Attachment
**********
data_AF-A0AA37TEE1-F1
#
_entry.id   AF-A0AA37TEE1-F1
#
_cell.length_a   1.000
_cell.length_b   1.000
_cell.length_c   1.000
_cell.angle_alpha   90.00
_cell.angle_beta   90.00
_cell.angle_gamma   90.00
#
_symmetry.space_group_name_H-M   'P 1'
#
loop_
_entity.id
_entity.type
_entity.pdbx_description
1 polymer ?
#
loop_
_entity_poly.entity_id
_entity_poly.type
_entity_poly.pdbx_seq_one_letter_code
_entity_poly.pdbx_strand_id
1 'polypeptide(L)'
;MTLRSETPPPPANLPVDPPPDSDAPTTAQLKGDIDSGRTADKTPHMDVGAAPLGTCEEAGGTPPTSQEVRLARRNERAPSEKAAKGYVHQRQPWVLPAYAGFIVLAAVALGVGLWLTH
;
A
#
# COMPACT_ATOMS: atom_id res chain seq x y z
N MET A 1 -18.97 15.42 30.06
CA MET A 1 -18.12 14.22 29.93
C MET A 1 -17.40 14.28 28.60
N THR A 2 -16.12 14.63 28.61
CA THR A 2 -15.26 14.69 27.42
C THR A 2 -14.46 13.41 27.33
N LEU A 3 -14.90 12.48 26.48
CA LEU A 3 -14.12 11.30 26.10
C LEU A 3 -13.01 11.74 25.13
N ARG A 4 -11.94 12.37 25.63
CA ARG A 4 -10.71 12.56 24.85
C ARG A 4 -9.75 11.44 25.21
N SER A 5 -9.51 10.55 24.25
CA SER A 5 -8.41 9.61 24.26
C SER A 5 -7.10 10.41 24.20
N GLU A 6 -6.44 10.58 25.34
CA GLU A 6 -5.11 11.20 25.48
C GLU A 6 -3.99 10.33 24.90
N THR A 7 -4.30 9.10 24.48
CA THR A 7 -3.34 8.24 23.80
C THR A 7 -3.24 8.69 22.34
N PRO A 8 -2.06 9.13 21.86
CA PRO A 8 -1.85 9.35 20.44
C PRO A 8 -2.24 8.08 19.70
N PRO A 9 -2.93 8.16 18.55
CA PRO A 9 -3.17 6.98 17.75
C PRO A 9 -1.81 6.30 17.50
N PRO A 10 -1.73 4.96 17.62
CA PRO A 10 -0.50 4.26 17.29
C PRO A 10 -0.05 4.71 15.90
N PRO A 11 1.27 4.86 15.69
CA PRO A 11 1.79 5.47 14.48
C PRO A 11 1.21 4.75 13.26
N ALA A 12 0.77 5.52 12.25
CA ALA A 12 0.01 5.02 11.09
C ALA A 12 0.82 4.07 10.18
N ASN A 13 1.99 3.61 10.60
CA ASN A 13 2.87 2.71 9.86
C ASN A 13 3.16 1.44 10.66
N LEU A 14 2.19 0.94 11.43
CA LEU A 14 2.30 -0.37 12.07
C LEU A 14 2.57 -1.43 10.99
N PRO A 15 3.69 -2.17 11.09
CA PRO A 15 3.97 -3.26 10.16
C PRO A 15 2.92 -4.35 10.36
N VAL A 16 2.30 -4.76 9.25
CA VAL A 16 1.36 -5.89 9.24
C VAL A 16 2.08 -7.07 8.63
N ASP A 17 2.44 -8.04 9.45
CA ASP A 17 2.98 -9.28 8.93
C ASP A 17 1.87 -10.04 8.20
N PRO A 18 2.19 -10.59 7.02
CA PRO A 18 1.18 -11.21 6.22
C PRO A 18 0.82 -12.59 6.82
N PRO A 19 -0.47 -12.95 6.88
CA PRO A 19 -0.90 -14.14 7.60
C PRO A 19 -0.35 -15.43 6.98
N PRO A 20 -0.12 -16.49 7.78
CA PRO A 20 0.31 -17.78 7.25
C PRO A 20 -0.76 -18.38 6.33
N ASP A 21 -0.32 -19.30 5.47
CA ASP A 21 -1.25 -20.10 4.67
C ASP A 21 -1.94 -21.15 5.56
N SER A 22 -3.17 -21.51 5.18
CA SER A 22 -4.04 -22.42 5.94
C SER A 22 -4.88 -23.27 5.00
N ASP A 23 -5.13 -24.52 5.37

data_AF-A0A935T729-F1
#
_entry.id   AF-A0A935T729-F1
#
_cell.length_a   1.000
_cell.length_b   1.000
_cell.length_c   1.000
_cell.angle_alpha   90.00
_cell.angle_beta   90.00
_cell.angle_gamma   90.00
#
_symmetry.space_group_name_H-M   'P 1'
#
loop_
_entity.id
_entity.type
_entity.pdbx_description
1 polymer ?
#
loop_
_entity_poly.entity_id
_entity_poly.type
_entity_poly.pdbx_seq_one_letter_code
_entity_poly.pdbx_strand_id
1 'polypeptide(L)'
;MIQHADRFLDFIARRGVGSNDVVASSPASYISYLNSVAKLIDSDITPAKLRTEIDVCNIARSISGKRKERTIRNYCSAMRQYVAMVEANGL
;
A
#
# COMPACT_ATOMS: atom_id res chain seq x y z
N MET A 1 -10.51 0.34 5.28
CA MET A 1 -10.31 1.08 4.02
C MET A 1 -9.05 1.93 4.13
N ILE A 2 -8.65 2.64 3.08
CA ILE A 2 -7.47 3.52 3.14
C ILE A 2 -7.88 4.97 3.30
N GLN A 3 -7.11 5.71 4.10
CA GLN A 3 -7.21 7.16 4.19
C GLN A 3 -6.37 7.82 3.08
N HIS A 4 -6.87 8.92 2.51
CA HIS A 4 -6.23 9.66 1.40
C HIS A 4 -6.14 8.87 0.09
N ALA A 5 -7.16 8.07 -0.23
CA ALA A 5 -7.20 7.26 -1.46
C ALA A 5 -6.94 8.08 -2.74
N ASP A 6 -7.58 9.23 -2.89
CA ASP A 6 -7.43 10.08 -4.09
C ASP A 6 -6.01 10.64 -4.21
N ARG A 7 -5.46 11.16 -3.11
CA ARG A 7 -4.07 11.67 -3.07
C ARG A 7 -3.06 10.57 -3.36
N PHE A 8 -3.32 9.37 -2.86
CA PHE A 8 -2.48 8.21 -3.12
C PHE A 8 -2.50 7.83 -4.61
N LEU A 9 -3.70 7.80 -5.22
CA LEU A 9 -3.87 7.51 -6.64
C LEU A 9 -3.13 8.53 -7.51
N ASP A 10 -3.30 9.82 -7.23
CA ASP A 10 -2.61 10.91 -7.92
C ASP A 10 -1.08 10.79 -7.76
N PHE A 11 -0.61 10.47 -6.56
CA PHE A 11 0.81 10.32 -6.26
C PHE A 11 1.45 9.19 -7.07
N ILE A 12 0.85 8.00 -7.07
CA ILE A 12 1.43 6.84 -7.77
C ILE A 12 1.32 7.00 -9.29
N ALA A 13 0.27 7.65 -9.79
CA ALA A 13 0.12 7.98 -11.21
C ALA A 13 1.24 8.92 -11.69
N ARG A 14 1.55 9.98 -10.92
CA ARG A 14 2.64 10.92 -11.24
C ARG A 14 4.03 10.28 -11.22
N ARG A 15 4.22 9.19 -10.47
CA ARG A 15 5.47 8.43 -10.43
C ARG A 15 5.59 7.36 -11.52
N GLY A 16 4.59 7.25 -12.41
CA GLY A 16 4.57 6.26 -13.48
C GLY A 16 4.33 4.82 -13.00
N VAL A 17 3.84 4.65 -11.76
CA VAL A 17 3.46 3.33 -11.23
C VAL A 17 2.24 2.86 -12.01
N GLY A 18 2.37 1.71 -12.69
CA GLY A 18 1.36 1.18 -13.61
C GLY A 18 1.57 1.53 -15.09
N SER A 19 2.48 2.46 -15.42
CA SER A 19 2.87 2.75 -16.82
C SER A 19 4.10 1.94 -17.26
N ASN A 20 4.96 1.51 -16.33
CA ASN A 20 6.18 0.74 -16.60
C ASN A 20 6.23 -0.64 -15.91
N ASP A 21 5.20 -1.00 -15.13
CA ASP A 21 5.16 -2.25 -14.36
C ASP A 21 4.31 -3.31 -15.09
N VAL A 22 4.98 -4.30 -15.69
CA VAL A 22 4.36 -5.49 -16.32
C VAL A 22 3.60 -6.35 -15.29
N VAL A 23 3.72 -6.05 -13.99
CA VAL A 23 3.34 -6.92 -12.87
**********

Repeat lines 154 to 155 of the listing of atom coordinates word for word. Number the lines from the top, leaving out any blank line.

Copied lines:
C LEU A 9 -3.13 8.53 -7.51
N ASP A 10 -3.30 9.82 -7.23